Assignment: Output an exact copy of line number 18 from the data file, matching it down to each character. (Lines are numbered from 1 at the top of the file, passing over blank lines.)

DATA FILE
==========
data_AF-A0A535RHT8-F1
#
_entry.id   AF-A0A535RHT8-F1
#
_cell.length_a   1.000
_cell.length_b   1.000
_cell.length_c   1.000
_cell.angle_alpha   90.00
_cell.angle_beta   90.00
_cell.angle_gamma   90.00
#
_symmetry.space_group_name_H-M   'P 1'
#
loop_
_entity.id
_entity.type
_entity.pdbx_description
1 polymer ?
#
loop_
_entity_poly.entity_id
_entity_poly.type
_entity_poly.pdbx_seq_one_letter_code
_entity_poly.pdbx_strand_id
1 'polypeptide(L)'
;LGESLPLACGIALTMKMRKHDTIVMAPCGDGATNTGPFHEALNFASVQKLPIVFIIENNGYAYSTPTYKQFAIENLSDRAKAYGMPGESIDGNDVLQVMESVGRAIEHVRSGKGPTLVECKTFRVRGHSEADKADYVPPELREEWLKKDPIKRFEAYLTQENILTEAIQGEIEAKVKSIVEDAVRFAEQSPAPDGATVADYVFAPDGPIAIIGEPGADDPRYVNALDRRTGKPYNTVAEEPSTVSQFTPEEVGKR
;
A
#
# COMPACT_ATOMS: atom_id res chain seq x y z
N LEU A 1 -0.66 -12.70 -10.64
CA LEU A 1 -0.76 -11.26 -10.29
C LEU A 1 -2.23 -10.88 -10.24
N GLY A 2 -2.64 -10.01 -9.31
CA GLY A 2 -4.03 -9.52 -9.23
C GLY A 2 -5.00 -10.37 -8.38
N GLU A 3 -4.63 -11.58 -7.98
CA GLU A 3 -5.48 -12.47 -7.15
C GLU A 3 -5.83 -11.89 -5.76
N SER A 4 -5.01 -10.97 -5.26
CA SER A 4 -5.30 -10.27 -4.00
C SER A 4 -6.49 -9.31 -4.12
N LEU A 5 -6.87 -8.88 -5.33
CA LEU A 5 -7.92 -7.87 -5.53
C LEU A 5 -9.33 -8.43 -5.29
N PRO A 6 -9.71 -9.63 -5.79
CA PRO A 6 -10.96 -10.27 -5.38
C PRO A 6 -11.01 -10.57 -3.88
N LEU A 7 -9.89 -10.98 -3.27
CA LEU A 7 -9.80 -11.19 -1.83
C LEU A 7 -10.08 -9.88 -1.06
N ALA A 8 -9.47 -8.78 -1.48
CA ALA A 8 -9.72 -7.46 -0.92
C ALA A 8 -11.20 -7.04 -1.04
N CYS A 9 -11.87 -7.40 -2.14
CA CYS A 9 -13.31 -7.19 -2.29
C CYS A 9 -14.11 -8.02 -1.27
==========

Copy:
1 polymer ?